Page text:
Everyone under the sun asked me about going on a book tour for my debut novel Bright Lines. It wasn’t people in the publishing industry who were asking, but friends and family, for whom a national tour is a deserved and glamorous way to usher in a new book. Book tours cost money, and neither high audience attendance nor strong book sales are goals a debut novelist can expect to achieve. And, s ince my idea of a successful writing day means I haven’t eaten or left the house in hours, the idea of talking about my work over and over again with strangers felt completely foreign to me.
Still, I wanted to go on tour. If my book’s launch had two hundred people tightly packed into Brooklyn’s Greenlight Bookstore, why wouldn’t people from other cities be interested in my book? After spending ten years working on something, shouldn’t I give it a chance to reach audiences across the country?
When I broached the topic with my publisher, the plan for my debut novel was clear: All of my events would be New York City-centric, not national, with readings at bars, museums, the Asian American Writers’ Workshop—the sort of places I was guaranteed to have people show up. Given the scope of my novel—it’s a Brooklyn book, with a sliver in Bangladesh—this plan made sense. However, a combination of curiosity, ego, and fear that my book would vanish into the ether persisted. After all, Bright Lines had been published straight to paperback. I worried that the buzz around the book would be limited to a few weeks. I wouldn’t get to experience the two lives a book receives when it’s in hardcover first.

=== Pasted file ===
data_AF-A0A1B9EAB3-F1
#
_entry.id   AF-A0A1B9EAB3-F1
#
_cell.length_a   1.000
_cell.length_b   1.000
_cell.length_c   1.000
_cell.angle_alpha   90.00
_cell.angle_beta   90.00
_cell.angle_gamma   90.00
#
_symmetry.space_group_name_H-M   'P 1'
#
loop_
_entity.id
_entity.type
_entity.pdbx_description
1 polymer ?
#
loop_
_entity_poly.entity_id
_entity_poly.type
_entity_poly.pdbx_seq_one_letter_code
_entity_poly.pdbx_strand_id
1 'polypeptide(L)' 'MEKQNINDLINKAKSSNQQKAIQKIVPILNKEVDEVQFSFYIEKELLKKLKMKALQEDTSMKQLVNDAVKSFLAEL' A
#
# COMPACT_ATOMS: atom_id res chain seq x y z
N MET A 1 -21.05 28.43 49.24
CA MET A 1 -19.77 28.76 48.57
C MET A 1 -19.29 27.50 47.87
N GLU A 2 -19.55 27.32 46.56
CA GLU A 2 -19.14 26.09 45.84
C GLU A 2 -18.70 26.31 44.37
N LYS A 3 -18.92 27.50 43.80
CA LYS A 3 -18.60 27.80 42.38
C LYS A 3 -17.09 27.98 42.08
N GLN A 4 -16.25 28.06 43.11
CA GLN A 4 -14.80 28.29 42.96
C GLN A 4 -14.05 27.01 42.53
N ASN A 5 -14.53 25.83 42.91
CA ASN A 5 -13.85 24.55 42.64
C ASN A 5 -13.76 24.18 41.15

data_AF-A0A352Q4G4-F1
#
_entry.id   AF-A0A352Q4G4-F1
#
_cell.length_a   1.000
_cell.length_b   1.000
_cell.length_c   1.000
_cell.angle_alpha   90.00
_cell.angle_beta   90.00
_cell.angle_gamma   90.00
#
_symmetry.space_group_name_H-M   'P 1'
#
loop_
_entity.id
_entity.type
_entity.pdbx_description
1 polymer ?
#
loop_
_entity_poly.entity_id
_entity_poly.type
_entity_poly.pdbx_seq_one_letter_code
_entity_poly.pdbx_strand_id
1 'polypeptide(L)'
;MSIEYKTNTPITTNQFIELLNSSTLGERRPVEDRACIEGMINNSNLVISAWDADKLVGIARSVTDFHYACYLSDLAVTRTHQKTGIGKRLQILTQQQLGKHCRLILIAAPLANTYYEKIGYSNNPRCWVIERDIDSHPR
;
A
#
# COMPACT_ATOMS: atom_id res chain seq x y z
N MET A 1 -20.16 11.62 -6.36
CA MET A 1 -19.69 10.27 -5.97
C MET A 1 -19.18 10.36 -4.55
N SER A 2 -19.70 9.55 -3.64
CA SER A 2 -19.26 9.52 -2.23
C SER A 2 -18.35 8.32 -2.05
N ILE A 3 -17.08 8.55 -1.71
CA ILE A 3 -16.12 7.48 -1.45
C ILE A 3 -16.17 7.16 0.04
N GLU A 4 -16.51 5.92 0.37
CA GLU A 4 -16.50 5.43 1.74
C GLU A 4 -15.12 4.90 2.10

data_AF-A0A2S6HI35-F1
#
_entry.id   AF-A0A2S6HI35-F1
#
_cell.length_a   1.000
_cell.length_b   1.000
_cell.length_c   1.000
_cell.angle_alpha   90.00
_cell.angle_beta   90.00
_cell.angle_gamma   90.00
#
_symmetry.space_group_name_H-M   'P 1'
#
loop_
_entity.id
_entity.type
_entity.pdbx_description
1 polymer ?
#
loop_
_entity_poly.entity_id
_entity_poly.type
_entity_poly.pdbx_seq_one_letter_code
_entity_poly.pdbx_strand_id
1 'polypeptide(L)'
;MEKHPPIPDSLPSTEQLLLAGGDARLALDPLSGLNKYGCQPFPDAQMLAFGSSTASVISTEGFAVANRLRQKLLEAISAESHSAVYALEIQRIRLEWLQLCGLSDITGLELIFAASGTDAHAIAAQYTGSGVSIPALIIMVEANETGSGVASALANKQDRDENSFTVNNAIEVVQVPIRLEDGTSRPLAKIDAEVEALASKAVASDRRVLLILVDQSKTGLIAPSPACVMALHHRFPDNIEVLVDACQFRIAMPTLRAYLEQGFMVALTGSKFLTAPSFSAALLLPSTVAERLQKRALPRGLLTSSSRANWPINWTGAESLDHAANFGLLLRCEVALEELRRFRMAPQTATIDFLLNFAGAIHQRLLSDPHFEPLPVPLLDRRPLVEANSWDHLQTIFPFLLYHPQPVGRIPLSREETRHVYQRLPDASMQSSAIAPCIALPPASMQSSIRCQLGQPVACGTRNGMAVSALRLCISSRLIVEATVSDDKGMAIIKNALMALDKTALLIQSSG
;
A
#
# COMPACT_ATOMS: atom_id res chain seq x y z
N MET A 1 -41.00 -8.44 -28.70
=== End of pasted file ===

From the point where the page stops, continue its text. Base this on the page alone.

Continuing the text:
When fellow debut novelist Naomi Jackson introduced me to poet and publicist Kima Jones, founder of Jack Jones Literary Arts, I knew that the possibility of a tour was within my reach. After a phone call with Jones, I realized that going on tour would allow me to extend the half-life of my novel by at least a few months. I wanted to read at bookstores I loved as a reader, places like Powell’s in Portland and City Lights in San Francisco. What it would cost: money, time away from home and my small business, and lots of rallying to get people to come. I knew that working with someone who would champion my book and me, an unknown author, would be critical in getting places like that to respond to us.
Says Jones, “Book publicity for me is discovery. I want readers to be excited about books that they would not have otherwise discovered. When I ’m reading the manuscript of a prospective client, I need to feel like the book matters so much that I should steal some time away to finish it in one sitting.”
That’s precisely the sort of energy I wanted behind my publicity for a national tour. Within a few weeks, we assembled my tour, in cities I’d been to many times over, and ones I’d never visited. In each city—Detroit, San Francisco, Los Angeles, New Orleans, Miami, Atlanta, Chicago—I would be paired with a veteran writer to ground the conversations, help draw a crowd, and hold my trembling hand. Working with Jones, we built a tour of conversations with a dream cast of characters, including a novelist friend I’d only known virtually but not in real life, Nayomi Munaweera (author of What Lies Between Us ) and the supremely talented poet Jericho Brown ( The New Testament, 2014 ). Knowing that these writers would read my work in preparation for our talk blew my mind.